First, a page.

Once again, it's time for What's The Matter With the Record Industry, Part Frankly Too Many To Count. In today's episode, Rod Stewart informs his record label that he'd like to make an album of country and folk standards, only to have the idea rejected because it didn't 'test' well. The morons in J Records' all-powerful focus group probably didn't know Stewart made records before Lost in You. And surely they never heard the singer's early solo albums, where Rod the Mod's considerable interpretive skills are best demonstrated on country-folk material such as Ewan MacColl's Dirty Old Town, traditional Man of Constant Sorrow and today's post, the definitive version of Bob Dylan's Only a Hobo.
Dylan originally recorded the song in 1963 but it failed to find a home on The Times They Are A-Changin' album and remained unreleased (at least officially) until 1991, when it appeared on his vault-cleaning The Bootleg Series Vol. 1-3 boxset.
By then, though, the song truly belonged to Stewart, who appropriated it for his 1970 sophomore solo set, Gasoline Alley. While his crack acoustic band provides pretty, sepia-toned accompaniment, Stewart finds value and dignity in a vagrant's recently ended life by conveying the sort of empathy and humanity that would recede from his music as his popularity swelled. Only A Hobo is affecting, heartfelt and about a million miles away from Do Ya Think I'm Sexy (which, in fact, was only nine years down the road). Oh yeah, and the acoustic guitars and fiddle and mandolin place the song firmly in a country-folk tradition that, I'm afraid to say, doesn't test well with cloth-eared number-crunchers.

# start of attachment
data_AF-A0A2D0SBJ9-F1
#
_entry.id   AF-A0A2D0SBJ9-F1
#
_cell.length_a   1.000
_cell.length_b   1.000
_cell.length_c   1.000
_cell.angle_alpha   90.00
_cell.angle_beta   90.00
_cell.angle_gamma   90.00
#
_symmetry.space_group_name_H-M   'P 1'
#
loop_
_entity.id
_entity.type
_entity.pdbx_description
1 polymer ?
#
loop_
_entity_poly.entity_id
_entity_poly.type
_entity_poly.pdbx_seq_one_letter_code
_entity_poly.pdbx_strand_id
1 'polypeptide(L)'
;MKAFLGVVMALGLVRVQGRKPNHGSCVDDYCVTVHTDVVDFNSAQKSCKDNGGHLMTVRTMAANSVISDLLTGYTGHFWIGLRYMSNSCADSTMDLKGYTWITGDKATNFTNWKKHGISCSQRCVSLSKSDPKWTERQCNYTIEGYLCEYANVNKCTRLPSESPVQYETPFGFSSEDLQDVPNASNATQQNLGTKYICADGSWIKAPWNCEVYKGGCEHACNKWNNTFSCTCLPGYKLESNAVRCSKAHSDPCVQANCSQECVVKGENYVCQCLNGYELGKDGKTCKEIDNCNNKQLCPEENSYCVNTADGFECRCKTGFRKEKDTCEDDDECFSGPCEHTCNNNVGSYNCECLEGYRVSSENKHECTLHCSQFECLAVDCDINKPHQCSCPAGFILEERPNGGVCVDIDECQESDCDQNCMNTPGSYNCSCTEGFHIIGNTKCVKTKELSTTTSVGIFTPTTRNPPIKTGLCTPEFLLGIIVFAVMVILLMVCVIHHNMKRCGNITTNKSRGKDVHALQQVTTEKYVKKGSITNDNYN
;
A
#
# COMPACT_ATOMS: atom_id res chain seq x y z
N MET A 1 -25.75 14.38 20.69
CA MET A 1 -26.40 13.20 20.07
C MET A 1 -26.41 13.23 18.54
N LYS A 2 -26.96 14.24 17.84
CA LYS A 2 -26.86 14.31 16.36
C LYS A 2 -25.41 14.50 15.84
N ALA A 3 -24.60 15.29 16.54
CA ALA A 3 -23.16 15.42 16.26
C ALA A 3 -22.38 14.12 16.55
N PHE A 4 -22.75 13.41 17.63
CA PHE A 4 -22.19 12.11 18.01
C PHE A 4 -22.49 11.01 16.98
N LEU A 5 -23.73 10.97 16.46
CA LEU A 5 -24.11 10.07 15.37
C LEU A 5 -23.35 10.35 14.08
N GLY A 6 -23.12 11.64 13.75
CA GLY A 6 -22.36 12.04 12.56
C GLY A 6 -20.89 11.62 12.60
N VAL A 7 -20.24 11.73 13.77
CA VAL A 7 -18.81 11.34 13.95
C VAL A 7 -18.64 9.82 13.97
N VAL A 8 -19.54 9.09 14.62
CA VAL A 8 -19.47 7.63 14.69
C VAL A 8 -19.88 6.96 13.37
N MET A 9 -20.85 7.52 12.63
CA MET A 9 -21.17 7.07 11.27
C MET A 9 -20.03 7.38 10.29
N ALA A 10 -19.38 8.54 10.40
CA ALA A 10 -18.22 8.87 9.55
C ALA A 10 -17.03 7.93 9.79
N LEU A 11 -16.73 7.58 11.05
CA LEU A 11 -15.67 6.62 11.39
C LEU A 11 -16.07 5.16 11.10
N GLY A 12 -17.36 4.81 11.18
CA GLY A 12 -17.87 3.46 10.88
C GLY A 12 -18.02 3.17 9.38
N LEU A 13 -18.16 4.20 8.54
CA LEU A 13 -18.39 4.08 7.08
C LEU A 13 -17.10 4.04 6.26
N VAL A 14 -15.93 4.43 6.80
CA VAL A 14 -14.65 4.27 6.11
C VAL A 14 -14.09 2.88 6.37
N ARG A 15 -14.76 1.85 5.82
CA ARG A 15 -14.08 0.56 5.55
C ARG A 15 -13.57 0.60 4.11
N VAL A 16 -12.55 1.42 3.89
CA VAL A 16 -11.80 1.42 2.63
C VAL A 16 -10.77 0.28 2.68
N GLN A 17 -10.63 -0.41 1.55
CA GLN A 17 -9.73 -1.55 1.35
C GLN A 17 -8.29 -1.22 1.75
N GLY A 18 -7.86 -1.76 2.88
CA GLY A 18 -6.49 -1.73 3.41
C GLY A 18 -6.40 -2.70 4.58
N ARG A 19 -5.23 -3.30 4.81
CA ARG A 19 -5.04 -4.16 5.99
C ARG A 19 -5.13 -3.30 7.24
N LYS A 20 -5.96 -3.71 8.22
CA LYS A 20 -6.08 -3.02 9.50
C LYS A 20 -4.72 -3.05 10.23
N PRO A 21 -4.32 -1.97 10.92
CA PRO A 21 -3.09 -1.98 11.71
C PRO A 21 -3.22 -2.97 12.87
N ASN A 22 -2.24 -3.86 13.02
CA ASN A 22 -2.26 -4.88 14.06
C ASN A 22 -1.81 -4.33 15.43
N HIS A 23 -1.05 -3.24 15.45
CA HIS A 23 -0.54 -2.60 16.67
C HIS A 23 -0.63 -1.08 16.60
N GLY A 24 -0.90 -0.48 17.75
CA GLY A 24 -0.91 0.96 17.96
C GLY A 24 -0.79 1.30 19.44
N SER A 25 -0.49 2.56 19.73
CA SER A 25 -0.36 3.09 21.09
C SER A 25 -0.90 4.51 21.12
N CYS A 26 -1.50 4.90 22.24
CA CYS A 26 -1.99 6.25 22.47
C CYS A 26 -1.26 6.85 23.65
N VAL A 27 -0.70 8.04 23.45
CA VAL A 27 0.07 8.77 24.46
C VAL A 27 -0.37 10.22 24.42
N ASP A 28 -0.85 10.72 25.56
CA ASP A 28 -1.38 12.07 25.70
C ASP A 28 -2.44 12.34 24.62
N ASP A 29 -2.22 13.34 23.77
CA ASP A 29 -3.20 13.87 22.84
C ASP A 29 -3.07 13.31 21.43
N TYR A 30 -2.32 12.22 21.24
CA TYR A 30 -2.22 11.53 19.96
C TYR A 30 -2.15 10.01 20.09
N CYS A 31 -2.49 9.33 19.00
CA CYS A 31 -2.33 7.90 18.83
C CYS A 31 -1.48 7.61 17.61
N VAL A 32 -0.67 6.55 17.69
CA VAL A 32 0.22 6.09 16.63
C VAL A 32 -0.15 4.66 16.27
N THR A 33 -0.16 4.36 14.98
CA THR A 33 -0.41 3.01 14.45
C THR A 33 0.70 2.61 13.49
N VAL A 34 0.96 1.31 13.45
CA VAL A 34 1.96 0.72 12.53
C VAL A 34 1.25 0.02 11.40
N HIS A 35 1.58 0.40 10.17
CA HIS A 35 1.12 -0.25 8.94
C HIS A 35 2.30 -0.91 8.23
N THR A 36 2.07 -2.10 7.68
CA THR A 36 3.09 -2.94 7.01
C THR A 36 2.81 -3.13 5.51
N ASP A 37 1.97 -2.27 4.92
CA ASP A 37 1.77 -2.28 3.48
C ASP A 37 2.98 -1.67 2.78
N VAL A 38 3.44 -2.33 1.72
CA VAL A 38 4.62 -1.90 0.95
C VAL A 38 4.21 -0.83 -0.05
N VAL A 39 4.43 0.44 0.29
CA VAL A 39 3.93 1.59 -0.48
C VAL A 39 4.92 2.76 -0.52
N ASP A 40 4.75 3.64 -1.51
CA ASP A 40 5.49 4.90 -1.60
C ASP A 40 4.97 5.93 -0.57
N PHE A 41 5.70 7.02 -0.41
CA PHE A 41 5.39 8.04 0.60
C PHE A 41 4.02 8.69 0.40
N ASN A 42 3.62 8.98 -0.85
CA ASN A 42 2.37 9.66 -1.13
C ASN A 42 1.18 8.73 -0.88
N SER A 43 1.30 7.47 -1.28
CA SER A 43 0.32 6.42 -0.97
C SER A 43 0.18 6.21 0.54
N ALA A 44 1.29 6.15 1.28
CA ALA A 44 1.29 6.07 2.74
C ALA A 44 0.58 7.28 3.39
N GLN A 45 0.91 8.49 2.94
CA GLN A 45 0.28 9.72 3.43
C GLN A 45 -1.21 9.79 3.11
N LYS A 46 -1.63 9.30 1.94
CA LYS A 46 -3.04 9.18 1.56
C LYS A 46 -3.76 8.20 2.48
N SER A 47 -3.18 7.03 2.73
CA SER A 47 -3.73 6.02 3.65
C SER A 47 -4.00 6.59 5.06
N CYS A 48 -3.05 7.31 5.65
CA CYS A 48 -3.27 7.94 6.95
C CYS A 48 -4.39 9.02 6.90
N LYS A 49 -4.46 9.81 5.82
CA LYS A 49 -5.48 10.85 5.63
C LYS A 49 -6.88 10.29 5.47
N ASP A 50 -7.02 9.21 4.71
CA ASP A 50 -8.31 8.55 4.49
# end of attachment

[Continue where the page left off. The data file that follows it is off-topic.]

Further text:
Their loss? Nope, ours.
Only A Hobo (link expired)
And here's more evidence of Stewart's former greatness, performing Gasoline Alley/Around the Plynth with The Faces in Paris during early 1971:
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